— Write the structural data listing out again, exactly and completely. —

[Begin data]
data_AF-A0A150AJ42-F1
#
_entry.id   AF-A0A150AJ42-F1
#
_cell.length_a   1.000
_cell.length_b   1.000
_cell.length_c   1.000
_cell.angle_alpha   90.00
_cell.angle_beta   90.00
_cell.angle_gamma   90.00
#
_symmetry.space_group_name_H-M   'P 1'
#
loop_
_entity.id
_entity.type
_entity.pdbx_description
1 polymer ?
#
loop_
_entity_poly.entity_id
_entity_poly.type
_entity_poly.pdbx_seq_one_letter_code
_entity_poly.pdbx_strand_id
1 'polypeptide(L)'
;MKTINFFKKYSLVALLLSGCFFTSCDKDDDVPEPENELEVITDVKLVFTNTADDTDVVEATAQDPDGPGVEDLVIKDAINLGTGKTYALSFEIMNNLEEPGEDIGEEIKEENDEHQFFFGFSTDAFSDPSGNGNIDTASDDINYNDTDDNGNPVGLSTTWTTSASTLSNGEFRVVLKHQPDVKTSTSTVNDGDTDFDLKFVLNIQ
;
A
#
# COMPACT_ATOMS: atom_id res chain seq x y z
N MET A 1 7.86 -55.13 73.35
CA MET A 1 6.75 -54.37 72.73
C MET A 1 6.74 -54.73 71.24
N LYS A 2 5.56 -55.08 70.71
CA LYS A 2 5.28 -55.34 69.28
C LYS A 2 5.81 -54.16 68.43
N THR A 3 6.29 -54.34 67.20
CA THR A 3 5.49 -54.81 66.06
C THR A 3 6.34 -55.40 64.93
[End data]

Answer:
data_AF-A0A150AJ42-F1
#
_entry.id   AF-A0A150AJ42-F1
#
_cell.length_a   1.000
_cell.length_b   1.000
_cell.length_c   1.000
_cell.angle_alpha   90.00
_cell.angle_beta   90.00
_cell.angle_gamma   90.00
#
_symmetry.space_group_name_H-M   'P 1'
#
loop_
_entity.id
_entity.type
_entity.pdbx_description
1 polymer ?
#
loop_
_entity_poly.entity_id
_entity_poly.type
_entity_poly.pdbx_seq_one_letter_code
_entity_poly.pdbx_strand_id
1 'polypeptide(L)'
;MKTINFFKKYSLVALLLSGCFFTSCDKDDDVPEPENELEVITDVKLVFTNTADDTDVVEATAQDPDGPGVEDLVIKDAINLGTGKTYALSFEIMNNLEEPGEDIGEEIKEENDEHQFFFGFSTDAFSDPSGNGNIDTASDDINYNDTDDNGNPVGLSTTWTTSASTLSNGEFRVVLKHQPDVKTSTSTVNDGDTDFDLKFVLNIQ
;
A
#
# COMPACT_ATOMS: atom_id res chain seq x y z
N MET A 1 7.86 -55.13 73.35
CA MET A 1 6.75 -54.37 72.73
C MET A 1 6.74 -54.73 71.24
N LYS A 2 5.56 -55.08 70.71
CA LYS A 2 5.28 -55.34 69.28
C LYS A 2 5.81 -54.16 68.43
N THR A 3 6.29 -54.34 67.20
CA THR A 3 5.49 -54.81 66.06
C THR A 3 6.34 -55.40 64.93